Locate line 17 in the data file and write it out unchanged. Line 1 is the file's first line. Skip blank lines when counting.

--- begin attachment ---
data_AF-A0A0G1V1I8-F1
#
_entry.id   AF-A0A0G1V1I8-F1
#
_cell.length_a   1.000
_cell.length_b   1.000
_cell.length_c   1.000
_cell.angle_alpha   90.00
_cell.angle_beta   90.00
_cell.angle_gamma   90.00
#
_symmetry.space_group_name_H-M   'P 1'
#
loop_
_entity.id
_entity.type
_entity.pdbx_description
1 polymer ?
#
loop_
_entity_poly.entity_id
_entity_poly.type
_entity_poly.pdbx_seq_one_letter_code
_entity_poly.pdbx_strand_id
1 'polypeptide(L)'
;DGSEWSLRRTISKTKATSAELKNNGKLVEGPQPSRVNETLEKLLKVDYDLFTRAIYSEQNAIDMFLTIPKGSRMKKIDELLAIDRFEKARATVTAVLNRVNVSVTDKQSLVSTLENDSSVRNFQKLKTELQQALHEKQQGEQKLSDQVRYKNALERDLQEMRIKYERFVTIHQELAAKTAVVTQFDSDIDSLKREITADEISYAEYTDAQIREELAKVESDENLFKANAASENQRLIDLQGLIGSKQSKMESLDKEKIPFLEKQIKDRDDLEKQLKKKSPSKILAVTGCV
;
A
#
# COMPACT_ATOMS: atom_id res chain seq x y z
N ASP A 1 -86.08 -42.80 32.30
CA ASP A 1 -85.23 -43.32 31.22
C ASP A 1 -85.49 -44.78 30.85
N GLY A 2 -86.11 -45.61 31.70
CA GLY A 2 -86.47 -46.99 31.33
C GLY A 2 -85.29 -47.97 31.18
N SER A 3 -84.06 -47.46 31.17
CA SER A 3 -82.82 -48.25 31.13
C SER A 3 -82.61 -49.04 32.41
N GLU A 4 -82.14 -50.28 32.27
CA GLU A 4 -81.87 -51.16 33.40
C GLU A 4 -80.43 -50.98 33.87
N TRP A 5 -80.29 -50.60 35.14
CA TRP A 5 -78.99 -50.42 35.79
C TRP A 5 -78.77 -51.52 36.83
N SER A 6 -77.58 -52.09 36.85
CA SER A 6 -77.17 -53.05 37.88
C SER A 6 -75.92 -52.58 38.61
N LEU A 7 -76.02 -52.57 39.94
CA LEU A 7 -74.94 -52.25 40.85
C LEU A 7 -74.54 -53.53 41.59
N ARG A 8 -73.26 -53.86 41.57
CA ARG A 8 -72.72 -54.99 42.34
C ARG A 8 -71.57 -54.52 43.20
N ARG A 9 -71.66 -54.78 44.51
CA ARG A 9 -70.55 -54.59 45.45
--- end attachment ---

_entity.pdbx_description